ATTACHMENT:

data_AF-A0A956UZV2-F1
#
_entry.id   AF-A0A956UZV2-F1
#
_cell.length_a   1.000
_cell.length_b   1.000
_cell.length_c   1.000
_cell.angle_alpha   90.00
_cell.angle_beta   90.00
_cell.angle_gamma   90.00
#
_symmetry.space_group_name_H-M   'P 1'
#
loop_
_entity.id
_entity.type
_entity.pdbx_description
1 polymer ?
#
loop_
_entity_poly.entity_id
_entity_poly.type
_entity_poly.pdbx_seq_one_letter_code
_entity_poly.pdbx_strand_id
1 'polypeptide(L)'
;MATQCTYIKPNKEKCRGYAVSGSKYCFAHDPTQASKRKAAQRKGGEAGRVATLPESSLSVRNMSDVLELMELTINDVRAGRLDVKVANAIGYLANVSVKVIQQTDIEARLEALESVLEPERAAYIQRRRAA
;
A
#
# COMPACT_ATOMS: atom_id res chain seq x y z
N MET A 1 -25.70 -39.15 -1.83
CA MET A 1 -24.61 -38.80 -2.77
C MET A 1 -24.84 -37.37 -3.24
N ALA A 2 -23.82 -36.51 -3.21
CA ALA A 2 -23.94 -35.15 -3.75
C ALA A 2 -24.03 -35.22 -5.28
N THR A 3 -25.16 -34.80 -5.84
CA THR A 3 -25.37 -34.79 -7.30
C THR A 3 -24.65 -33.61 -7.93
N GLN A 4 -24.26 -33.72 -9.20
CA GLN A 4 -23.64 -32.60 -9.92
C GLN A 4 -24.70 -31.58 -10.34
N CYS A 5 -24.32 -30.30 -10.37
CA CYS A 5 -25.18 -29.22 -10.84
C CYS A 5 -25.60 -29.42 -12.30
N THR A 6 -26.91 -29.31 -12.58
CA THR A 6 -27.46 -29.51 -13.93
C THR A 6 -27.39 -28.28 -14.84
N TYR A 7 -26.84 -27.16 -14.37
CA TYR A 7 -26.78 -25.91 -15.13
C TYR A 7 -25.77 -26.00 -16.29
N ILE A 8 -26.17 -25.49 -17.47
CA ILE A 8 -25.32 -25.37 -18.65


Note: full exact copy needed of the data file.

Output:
data_AF-A0A956UZV2-F1
#
_entry.id   AF-A0A956UZV2-F1
#
_cell.length_a   1.000
_cell.length_b   1.000
_cell.length_c   1.000
_cell.angle_alpha   90.00
_cell.angle_beta   90.00
_cell.angle_gamma   90.00
#
_symmetry.space_group_name_H-M   'P 1'
#
loop_
_entity.id
_entity.type
_entity.pdbx_description
1 polymer ?
#
loop_
_entity_poly.entity_id
_entity_poly.type
_entity_poly.pdbx_seq_one_letter_code
_entity_poly.pdbx_strand_id
1 'polypeptide(L)'
;MATQCTYIKPNKEKCRGYAVSGSKYCFAHDPTQASKRKAAQRKGGEAGRVATLPESSLSVRNMSDVLELMELTINDVRAGRLDVKVANAIGYLANVSVKVIQQTDIEARLEALESVLEPERAAYIQRRRAA
;
A
#
# COMPACT_ATOMS: atom_id res chain seq x y z
N MET A 1 -25.70 -39.15 -1.83
CA MET A 1 -24.61 -38.80 -2.77
C MET A 1 -24.84 -37.37 -3.24
N ALA A 2 -23.82 -36.51 -3.21
CA ALA A 2 -23.94 -35.15 -3.75
C ALA A 2 -24.03 -35.22 -5.28
N THR A 3 -25.16 -34.80 -5.84
CA THR A 3 -25.37 -34.79 -7.30
C THR A 3 -24.65 -33.61 -7.93
N GLN A 4 -24.26 -33.72 -9.20
CA GLN A 4 -23.64 -32.60 -9.92
C GLN A 4 -24.70 -31.58 -10.34
N CYS A 5 -24.32 -30.30 -10.37
CA CYS A 5 -25.18 -29.22 -10.84
C CYS A 5 -25.60 -29.42 -12.30
N THR A 6 -26.91 -29.31 -12.58
CA THR A 6 -27.46 -29.51 -13.93
C THR A 6 -27.39 -28.28 -14.84
N TYR A 7 -26.84 -27.16 -14.37
CA TYR A 7 -26.78 -25.91 -15.13
C TYR A 7 -25.77 -26.00 -16.29
N ILE A 8 -26.17 -25.49 -17.47
CA ILE A 8 -25.32 -25.37 -18.65